Come spring, big rig racing returns to the U.S. with the start of the ChampTruck World Series season. Organizers are patterning it on the kind of racing that is so popular elsewhere in the world, especially Europe.
Our colleague next door at Overdrive James Jaillet was in France earlier this month for the finals of the FIFA European truck racing series, which also featured a lot of custom trucks on display. We asked James about what he saw at the legendary Le Mans Speedway, and how that kind of racing and off-track entertainment could be imported to the U.S. successfully.
What was the atmosphere like at Le Mans?
An American who was there (part of ChampTruck, the American truck racing circuit next year) said unlike Americans, Europeans don’t take entertainment for granted. And that was certainly what I noticed, too. The show’s attendees couldn’t get enough of any part of the races or the surrounding show and environment. Very family friendly and something for everyone, it seemed.
The racin’ d’être of the event:
The races were fun. It was the season finale, and there were three teams left in contention for the championship, so there was a lot of hype surrounding the 4 for-point races that would determine the winner.
The great thing about the Euro races — and like the ones coming the U.S. next year — is they only last about 15 laps, so the action starts quick and ends quick without getting too boring.
Like most race events you hear about, it’s really something you have to see in person to understand the attraction. The noise, the smells, the cheering — The races are great to see footage of, but live and in person they’re really spectacular.
There are about 20 drivers represented in the circuit, from all over the continent. So the drivers have huge followings in their own country and are very much celebrities, much like here in the U.S.
How do European show trucks compare to the one’s in Overdrive’s Price & Polish”?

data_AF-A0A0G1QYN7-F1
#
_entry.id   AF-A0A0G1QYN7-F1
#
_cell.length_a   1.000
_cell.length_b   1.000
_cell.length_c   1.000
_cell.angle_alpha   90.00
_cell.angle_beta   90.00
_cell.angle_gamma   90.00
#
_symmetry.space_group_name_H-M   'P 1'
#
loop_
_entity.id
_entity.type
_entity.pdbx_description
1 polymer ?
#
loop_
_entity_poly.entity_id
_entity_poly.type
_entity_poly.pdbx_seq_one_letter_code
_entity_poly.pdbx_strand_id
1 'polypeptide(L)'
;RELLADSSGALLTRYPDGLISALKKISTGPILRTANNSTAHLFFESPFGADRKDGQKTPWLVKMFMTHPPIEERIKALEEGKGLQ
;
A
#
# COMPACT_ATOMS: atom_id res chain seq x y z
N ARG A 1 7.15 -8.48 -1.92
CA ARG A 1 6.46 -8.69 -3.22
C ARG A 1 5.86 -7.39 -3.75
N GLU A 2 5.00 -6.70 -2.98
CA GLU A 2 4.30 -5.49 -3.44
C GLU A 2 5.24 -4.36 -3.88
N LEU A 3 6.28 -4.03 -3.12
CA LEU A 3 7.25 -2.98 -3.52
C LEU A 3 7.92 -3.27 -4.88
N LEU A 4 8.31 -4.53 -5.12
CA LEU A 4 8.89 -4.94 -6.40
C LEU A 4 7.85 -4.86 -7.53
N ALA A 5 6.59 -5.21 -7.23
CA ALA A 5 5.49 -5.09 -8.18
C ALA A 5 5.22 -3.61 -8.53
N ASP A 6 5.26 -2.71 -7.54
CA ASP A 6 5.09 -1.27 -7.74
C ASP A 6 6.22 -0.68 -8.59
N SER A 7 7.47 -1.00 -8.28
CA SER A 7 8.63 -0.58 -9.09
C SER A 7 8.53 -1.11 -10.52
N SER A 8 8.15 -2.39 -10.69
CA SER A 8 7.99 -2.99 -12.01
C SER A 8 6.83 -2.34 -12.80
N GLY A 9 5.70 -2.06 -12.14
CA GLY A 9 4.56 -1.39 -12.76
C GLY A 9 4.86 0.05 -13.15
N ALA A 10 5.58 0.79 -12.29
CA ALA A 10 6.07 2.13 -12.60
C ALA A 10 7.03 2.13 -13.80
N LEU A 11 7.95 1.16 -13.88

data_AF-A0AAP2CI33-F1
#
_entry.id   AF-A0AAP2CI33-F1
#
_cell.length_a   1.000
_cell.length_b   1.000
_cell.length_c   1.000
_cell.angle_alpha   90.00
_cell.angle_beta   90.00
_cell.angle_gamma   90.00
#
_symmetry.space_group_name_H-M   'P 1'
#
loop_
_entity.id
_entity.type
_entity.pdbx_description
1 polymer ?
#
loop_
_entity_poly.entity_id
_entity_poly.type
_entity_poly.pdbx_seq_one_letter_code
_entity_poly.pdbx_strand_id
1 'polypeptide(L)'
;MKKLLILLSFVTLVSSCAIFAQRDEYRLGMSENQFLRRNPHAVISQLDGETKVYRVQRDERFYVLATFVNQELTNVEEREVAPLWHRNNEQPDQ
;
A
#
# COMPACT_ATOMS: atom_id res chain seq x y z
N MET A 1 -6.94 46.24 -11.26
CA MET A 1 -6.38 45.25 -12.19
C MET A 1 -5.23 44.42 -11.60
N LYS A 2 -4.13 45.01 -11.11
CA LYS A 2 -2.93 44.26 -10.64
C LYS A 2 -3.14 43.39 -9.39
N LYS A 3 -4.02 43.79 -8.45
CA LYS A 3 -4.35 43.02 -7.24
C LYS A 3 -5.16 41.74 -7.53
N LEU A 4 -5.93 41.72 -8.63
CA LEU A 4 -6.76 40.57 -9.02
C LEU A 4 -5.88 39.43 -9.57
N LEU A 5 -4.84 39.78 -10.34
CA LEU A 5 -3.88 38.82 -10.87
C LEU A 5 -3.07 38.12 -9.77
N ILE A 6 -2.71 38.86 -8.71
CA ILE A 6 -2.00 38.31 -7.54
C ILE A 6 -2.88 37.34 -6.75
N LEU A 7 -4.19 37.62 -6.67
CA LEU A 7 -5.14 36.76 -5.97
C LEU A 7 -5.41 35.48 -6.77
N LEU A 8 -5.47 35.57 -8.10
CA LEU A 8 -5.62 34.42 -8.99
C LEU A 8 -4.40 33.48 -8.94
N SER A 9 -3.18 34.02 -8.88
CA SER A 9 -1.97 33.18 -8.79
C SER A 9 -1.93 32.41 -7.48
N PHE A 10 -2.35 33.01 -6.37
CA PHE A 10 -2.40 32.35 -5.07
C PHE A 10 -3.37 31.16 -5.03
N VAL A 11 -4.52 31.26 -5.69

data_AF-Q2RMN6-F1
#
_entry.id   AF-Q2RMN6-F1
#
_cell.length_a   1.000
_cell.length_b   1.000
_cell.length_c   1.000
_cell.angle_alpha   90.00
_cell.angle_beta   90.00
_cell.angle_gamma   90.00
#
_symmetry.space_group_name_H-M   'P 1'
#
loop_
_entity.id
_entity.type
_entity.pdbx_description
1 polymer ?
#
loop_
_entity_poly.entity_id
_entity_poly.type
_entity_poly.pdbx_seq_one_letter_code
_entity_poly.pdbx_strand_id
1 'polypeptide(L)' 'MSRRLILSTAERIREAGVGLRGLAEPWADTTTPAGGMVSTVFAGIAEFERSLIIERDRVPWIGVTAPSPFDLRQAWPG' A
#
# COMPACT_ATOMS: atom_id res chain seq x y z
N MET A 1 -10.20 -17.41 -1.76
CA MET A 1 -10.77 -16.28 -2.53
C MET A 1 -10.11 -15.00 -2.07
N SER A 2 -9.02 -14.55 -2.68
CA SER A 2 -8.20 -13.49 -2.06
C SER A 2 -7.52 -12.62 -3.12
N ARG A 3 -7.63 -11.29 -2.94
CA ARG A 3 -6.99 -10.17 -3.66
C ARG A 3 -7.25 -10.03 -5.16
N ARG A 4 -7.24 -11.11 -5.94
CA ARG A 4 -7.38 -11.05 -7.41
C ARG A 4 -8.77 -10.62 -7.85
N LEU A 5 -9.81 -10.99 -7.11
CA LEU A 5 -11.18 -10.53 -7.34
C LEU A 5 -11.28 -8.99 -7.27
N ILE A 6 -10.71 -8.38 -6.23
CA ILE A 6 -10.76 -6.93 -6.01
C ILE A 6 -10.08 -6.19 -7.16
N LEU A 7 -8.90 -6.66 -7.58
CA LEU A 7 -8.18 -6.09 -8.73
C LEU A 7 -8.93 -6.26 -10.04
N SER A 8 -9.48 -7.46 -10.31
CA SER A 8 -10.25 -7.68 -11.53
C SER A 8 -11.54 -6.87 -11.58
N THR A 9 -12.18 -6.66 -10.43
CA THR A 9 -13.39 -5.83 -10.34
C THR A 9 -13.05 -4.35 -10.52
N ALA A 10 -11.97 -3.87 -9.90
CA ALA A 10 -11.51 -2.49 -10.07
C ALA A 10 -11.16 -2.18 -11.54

Europeans take a different approach with their show trucks than those in the U.S. — but they’re no less fun to gander at. They’re big into airbrush-type murals — as you’ve probably seen from some of the photos I’ve posted — and in fact have a big category dedicated to them at the shows. I didn’t get to poke around in the interiors much, but they exteriors are done up in big ways, like American show trucks. Lots of lights, lots of chrome, lots of details — I enjoyed gazing at them.
What things still stand out in your mind now that you are home?
“Two things I’ll remember for a while: (1) The sound of the trucks as the pace car pulled off the track after the obligatory first pace lap and (2) how much the attendees thoroughly and enthusiastically attended every portion of the show, including the truck parade, which I thought was a little boring (trucks rolling by honking). Maybe we’re just hard to please in the U.S., or easily distracted. Either way, we don’t appreciate events the same way the attendees I saw in Le Mans appreciated the show I was at.”
But, will it play in Charlotte, Atlanta and MIS?
“I could see truck racing easily translating to the U.S. It may need a little time to get some attention and get off the ground, but if the events are as well done here as the Le Mans event was, I see no reason for folks not to attend and enjoy. It’s much different than popular racing series in the U.S., which generally run long, long races. The brevity of the races and all of the other attractions surrounding the events will be a nice change of pace here in the U.S.”